The terminology used to discuss euthanasia is constantly in flux. Usually, people signal their acceptance of some aspect of euthanasia by calling it something else (e.g., letting die, letting nature take its course, assisted dying, death with dignity, mercy medication, and aid in dying). Conversely, people signal their disapproval of forms of letting die or assisted dying by calling it euthanasia.
Broadly speaking, euthanasia is the killing of a person, including possibly oneself or an animal, in a merciful way for the purpose of relieving suffering or some other undesirable condition. Some of the most common limitations on what is considered euthanasia include the following claims: Euthanasia is distinguishable from suicide because in euthanasia someone kills another, whereas suicide is, by definition, self‐inflicted. Euthanasia is not murder because the killing done in euthanasia is done with the intention of alleviating pain and suffering, not inflicting it. Treatment refusals that result in death are neither euthanasia nor suicide because in such cases nature or God is the direct cause of death. Similarly, cases where mercy medication results in death are not euthanasia because the death is only incidental to the primary goal of easing pain. Although each of these distinctions holds moral sway with those making them, they are of secondary importance to some more fundamental distinctions that need to be made.
There are five basic concepts that need to be understood and agreed on before any discussion of euthanasia or end‐of‐life decisions in general can proceed with coherent results.
1. Voluntary euthanasia is the term used for requesting to be killed or killing oneself to escape some inevitable ill fate. The killing is voluntary because either the person does it himself or requests that another do it for him. The ill fate that is usually at issue is intractable pain, a terminal illness (imminent death from an incurable disease), or an irreparable harm to one’s dignity. For most people, the term euthanasia does not apply unless at least the first two of these conditions are met; killing another merely to preserve that person’s dignity is usually considered murder, and to kill oneself under such circumstances is suicide.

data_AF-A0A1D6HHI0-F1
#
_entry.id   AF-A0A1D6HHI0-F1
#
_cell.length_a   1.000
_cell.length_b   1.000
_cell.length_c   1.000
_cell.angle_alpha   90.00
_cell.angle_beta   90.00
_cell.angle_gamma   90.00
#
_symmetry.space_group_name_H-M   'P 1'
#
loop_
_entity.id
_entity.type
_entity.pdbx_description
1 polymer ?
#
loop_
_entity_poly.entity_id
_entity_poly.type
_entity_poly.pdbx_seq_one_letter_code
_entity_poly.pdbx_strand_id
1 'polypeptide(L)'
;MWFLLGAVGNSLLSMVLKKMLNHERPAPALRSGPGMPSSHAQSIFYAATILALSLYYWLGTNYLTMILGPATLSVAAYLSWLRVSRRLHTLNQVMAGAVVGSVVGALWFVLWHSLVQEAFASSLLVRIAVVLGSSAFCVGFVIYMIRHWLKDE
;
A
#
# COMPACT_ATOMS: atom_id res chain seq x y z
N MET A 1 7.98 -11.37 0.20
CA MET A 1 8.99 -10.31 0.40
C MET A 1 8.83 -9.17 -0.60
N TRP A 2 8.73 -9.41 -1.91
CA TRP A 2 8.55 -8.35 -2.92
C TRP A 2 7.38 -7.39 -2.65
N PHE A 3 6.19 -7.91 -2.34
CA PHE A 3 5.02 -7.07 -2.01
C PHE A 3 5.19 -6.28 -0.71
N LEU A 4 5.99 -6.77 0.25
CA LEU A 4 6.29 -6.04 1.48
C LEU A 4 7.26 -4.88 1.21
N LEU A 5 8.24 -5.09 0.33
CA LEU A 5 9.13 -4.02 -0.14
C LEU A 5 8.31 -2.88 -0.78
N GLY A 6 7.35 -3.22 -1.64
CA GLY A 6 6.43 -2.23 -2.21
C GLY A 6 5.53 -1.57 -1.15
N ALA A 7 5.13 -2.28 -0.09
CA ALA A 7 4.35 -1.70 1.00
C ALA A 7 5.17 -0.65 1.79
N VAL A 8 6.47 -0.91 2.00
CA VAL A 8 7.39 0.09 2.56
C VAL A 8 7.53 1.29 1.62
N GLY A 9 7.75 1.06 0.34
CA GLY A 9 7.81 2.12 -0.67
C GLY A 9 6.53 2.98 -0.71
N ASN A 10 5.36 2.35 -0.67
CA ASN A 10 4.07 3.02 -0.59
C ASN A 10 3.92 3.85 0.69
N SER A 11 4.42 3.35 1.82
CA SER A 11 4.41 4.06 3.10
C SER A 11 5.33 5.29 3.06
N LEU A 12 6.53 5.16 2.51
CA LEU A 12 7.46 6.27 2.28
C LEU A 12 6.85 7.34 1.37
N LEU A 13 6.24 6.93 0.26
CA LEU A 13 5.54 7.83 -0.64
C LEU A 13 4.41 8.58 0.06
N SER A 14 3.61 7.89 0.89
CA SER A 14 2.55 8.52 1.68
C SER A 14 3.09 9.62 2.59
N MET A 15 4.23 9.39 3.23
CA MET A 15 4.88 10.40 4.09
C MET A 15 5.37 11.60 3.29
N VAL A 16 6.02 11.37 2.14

Currently under U.S. law, ending one’s own life is only allowed through the refusal of treatment and generally only if death is imminent even if treatment were continued. There are two exceptions: The first is that the termination of treatment is sometimes allowed in cases where death is not imminent (e.g., when a patient is in a persistent vegetative state). The second is that a person is sometimes, albeit rarely, allowed to end his own life by taking medication rather than refusing it (e.g., mercy medication and aid in dying). Mercy medication is allowed in several U.S. states. It refers to the use of dangerously high doses of pain medication to relieve the pain of dying patients. Aid in dying is currently allowed in only one state (i.e., in Oregon, competent adult citizens suffering from incurable diseases with a prognosis of 6 months or less to live may, if various additional conditions are met, legally obtain a deadly dose of medication for the purpose of killing themselves).